By Caroline Wyatt
The narrow pavements of Winchester city centre have been packed with people waving flags and cheering on soldiers, sailors and airmen as they marched past.
Councils have been criticised for not putting on parades
About 3,000 in all turned out to welcome back troops, who recently returned from operations in Iraq and Afghanistan.
The parade is one of several to be held since the head of the Army, Gen Sir Richard Dannatt, and former senior officers criticised local councils for not doing enough to welcome forces coming home from active duty.
More than 300 service personnel from The Rifles, the King's Royal Hussars, the 1st Battalion Irish Guards, 1st Battalion Grenadier Guards, the frigate HMS Richmond, RAF Odiham and the 4 General Support (Medical) Regiment marched through the Hampshire city.
They marched - in their desert combat uniform - to music provided by the band of the Welsh Guards, the Pipes and Drums of the Irish Guards and the Band of The Rifles.
The 4th Battalion The Rifles lost 11 men, with 62 injured in Iraq last year. Five of the 1st Battalion Grenadier Guards lost their lives in Helmand Province in Afghanistan.
Those marching through Winchester received a heroes' welcome from the assembled crowds.
Brian Ashworth, who used to serve with the 11th Hussars, was among the crowd.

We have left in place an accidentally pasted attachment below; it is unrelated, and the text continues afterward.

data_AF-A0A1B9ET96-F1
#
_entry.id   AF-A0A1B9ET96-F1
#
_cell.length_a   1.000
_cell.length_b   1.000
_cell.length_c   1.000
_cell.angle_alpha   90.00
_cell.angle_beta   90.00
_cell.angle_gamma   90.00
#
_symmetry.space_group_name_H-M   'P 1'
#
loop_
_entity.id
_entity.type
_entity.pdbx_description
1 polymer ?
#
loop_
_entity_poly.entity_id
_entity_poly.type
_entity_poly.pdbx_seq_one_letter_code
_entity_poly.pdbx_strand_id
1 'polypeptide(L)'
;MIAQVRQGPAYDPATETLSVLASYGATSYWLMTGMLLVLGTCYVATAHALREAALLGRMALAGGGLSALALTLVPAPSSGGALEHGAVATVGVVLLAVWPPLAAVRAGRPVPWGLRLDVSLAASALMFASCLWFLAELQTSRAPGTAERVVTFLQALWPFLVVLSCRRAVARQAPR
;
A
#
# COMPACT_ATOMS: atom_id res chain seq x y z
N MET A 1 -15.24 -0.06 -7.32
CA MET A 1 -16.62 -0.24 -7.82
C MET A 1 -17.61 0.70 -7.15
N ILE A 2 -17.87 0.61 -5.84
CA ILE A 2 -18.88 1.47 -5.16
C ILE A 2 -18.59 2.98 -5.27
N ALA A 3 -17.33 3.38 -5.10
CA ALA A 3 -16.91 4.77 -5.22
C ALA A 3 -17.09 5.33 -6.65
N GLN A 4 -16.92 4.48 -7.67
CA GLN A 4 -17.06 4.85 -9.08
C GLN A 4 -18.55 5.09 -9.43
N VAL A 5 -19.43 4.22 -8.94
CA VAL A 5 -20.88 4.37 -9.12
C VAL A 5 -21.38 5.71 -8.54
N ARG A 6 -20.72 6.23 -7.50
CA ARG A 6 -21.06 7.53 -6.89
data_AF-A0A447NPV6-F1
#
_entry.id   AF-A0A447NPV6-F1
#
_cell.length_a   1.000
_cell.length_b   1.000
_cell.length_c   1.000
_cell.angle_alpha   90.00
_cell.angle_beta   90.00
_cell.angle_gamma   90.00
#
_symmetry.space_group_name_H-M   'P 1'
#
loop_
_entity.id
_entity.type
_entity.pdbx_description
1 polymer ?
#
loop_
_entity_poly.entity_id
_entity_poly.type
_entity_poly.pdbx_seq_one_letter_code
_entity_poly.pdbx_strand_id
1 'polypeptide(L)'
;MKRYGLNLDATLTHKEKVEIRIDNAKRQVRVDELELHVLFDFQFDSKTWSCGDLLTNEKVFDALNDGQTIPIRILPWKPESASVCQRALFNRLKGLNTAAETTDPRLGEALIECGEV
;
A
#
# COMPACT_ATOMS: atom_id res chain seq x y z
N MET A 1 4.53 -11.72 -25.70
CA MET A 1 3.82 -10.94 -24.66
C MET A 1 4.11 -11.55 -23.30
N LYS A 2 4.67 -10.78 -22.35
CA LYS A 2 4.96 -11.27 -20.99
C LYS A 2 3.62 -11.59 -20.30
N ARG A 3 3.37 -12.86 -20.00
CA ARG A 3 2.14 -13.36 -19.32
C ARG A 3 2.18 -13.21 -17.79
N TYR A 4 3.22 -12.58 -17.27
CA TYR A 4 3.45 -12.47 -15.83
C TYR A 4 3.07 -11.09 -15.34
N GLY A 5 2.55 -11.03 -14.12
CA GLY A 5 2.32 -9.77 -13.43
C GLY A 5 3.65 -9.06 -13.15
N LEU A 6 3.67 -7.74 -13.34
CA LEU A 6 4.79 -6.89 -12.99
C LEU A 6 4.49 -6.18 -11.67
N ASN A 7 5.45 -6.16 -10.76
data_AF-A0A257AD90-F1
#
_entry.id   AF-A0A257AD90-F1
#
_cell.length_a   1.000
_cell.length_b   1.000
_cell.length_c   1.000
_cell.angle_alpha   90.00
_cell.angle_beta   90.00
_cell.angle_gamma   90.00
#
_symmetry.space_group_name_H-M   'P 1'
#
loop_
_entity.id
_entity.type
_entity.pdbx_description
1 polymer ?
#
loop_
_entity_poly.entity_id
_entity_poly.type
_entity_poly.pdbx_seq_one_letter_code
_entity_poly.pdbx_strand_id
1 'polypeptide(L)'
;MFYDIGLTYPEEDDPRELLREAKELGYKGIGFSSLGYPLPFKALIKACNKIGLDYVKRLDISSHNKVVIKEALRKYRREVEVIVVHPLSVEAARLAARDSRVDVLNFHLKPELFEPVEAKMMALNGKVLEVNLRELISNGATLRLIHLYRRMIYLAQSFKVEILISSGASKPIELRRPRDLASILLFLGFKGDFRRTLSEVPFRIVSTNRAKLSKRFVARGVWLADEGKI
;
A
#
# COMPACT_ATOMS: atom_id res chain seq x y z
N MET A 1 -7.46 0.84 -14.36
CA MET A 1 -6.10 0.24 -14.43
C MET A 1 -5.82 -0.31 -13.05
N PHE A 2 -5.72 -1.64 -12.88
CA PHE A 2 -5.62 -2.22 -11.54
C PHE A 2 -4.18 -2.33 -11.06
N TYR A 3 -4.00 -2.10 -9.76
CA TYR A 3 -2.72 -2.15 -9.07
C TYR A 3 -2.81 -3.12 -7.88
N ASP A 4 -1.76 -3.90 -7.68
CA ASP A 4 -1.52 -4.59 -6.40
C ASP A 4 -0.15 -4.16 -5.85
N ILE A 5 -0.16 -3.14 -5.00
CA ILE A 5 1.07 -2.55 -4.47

"It's brilliant - these men are heroes and should be welcomed home and the public should be aware of what they're going through for us," he said.
His wife, Vicky, agreed. "It's wonderful that the public have come and welcomed them home and supported the regiments. They've done a difficult job. They're trained and they're good, and they're on top form today."
Those taking part in the parade expressed surprise at the numbers cheering them home, but all were grateful for the support shown.
SAC Jenna Meachin from RAF Odiham served in Iraq in the incident response team. Her job included transporting casualties back to base.
"It was fantastic to hear people shouting 'thank you' and 'Come on, girls'. You have bad times out there and something like this makes you feel more appreciated."
Crowds cheered as the service personnel paraded past
Sergeant Major Pete Childs, of the King's Royal Hussars, said: "It was a good parade, and a fantastic turnout. We were a lucky unit - we had a busy tour in Iraq but we all came back."
Among officers too, there was pleasure at the turnout. Brigadier Miles Wade, the Commander of 145 (South) Brigade, the Senior Military Commander in Hampshire, said he was overwhelmed.
"I didn't think so many people would turn out. It's really important when you're overseas to know you have the support of people back home.
"A demonstration of support from the public today is really good for the morale of our soldiers."
The homecoming parade comes after the head of the Army criticised the growing gulf between the nation and its armed forces last year.
In December, about 450 soldiers from the 2nd Battalion The Royal Welsh were given a heroes' welcome as they marched through Cardiff city centre to mark their return home from Iraq.
And as local councils are being encouraged to hold more of these parades, it is likely other towns will see returning servicemen and women hailed for their bravery on operations abroad.